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  • will vs trust ?

    Thinking about will vs living trust. My wife & I are 44. 3 kids, all minors 14, 12, 8. Net worth 1.1mill. Live in NY. We are both MDs - I am a W2 employee, she is in pvt practice part time but not a partner and no intention of becoming one. Assets: 1. House: Mortgage 700k to pay off, 500k in equity; 2. tax deferred Retirement accounts at work for both all w named beneficiaries; 3. pension for me w named beneficiaries; 4. brokerage accounts w named beneficiaries; 5. bank accounts w named beneficiaries; 6. 300k in 529 plans; 7. 2 cars worth 140k. No other real estate, nor busniesses. Wondering for our estate planning needs which seem simple to me given our assets and how many should simply pass to beneficiaries (only exceptions are house/cars) if a will/power of attorney/medical directives are all we need or is a living trust better for our situation? Given all kids currently minors does this factor into decision?

  • #2
    Caveat: divorced dad w minor kids, not a lawyer.

    You need a living trust and a “pour over” will- the will addresses anything not handled by the living trust. You should appoint a guardian for the minor children and whoever administers the trust will handle the financial issues while children are minors (or until age you set). The guardian and trust executor May be the same person - or not. Example for me - I die; mom has the kids; an executor will address the money until it goes directly to the kids.

    highly recommend book - “living trusts for everyone”. I was also shocked that a respected estate attorney reviewed the will & trust I did via NOLO library books and online forms during my divorce and said I didn’t need to redo them.

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    • #3
      Living trust is different than a testamentary trust. Former is a choice that some prefer to avoid probate. I’ve decided against it mostly because the trust requires retitling assets, probate is generally simple where I live and, as gap55u points out, you need a pour over will anyway.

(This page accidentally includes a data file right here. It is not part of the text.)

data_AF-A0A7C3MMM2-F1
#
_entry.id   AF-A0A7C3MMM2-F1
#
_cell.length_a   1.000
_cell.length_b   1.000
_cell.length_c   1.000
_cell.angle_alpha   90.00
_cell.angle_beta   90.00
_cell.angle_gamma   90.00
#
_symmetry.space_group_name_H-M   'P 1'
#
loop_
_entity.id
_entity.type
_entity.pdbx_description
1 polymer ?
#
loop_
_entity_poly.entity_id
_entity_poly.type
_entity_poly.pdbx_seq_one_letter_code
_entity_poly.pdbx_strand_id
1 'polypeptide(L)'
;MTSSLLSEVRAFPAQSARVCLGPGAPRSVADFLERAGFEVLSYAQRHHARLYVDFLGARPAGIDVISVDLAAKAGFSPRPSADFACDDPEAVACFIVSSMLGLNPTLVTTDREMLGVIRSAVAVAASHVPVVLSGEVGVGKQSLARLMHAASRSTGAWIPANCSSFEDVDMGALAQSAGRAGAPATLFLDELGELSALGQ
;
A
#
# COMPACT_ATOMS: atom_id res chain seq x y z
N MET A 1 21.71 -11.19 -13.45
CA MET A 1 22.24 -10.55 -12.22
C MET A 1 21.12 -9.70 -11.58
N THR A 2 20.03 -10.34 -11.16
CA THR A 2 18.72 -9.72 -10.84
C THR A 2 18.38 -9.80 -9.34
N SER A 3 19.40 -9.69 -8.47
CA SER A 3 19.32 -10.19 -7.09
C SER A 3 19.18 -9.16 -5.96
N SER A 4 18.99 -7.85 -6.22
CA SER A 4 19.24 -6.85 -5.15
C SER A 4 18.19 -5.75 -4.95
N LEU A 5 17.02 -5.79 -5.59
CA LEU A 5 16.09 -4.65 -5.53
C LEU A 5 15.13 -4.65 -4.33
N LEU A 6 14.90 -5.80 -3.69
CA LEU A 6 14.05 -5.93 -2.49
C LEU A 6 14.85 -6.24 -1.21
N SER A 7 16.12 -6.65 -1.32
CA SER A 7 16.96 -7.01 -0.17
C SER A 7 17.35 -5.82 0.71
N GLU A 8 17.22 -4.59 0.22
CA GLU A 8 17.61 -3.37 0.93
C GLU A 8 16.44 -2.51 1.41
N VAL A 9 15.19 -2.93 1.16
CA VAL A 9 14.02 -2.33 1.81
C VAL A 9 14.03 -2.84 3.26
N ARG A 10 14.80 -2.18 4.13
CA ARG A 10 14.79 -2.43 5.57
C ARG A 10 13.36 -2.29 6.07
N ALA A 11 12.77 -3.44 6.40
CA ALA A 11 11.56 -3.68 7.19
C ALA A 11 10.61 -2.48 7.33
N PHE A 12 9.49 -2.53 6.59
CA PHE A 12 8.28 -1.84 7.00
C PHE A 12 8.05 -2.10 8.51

That said, you do need a testamentary trust for your kids. You can design the living trust to act that way, or have the trust created on your death. I’m inclined to the latter since most of your assets are covered by beneficiary elections.

      Either way, you need to consider the legalities of establishing a trust as the beneficiary of your retirement accounts if you don’t want minor kids to inherit millions directly.

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      • #4
        You need both. Will for your wishes and directions. Trust to provide for the kids.
        ​​

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        • #5
          You need a pour over will, a living or testamentary trust, and beneficiary designations.

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          • #6
            Concur with the above. These are not either-or. Everyone needs a will. Not everyone needs a trust. Nolo is a great resource. I remember them back in the day when they offered more free advice than products but they are still excellent.
            Our passion is protecting clients and others from predatory and ignorant advisors. Fox & Co CPAs, Fox & Co Wealth Mgmt. 270-247-6087

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